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C. S. Schaumburg, K. F. Siemasko, J. Gao, L. A. Wheeler, M. Calonge, V. L. Calder, J. Y. Niederkorn, S. C. Pflugfelder, M. E. Stern; The Functional Role of B Cells in a Mouse Model of Autoimmune Lacrimal Keratoconjunctivitis: Adoptive Transfer of Serum, but Not B Cells Alone, Mediates Ocular Surface Inflammation. Invest. Ophthalmol. Vis. Sci. 2010;51(13):3396.
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© ARVO (1962-2015); The Authors (2016-present)
To evaluate the functional role of B cells in the immunopathogenesis of experimental autoimmune lacrimal keratoconjunctivitis (ALKC).
Experiments were designed to determine if B cells are pathogenic in the context of ALKC by evaluating their i) role as antigen presenting cells (APC), ii) potential to mediate or augment ALKC and iii) putative role as autoantibody secreting cells. Experimental ALKC was induced by exposing female C57BL/6 wild-type (WT) mice to desiccating stress [DS: subcutaneous scopolamine (0.5 mg/0.2ml) TID, humidity <40%, and sustained airflow] for up to 3 weeks. To evaluate the role of B cells as APCs, control (CT) or 10 day DS-specific B cells and CT or DS CD4+ T cells purified from the cervical lymph nodes and spleen were co-cultured for 4 days; the CD4+ T cell proliferative response was measured by WST assay. Further, to determine if B cells or serum contribute to ALKC, DS-specific B cells (10 days DS) or DS serum (3 weeks DS) was adoptively transferred into nude recipient mice, which were subsequently evaluated for ocular surface inflammation 3 days post-transfer.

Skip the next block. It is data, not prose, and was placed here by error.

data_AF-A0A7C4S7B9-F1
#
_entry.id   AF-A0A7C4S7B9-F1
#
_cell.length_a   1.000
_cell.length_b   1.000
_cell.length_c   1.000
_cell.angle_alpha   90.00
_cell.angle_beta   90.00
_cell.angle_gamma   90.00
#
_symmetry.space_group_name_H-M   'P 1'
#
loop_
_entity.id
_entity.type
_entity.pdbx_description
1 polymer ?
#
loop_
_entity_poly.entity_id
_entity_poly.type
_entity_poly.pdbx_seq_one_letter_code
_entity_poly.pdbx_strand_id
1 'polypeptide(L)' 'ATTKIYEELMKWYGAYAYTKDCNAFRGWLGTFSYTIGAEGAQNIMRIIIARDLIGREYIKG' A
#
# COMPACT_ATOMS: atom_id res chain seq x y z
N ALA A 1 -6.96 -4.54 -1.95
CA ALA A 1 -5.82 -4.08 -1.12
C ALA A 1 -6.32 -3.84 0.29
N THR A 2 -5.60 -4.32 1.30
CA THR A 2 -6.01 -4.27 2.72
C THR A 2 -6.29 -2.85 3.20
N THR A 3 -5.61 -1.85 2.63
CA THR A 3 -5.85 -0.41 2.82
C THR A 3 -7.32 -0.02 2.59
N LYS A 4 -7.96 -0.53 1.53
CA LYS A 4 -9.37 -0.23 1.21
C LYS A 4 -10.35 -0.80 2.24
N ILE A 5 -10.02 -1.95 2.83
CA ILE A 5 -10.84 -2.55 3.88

CD4+ T cells purified from ALKC mice and co-cultured with DS-specific B cells (98% pure) displayed ~20% (p=0.003) more proliferation by WST than CD4+ T cell isolated from naïve mice. However, DS B cells did not mediate or augment ocular surface inflammation in nude recipient mice when adoptively transferred alone or when co-transferred with DS-specific CD4+ T cells. By contrast, nude recipient mice that received DS serum displayed a dose-dependent increase in tear cytokine levels of IL-1α (p=0.03), IL-1β (p=0.03) and TNF-α (p=0.04) compared to control mice.
These results indicate that DS-specific serum, but not B-cells alone, induces ocular surface inflammation in the context of the nude recipient mouse. Collectively, the data suggests that ALKC-specific autoantibodies may contribute to T cell-mediated immunopathogenesis of experimental ALKC.
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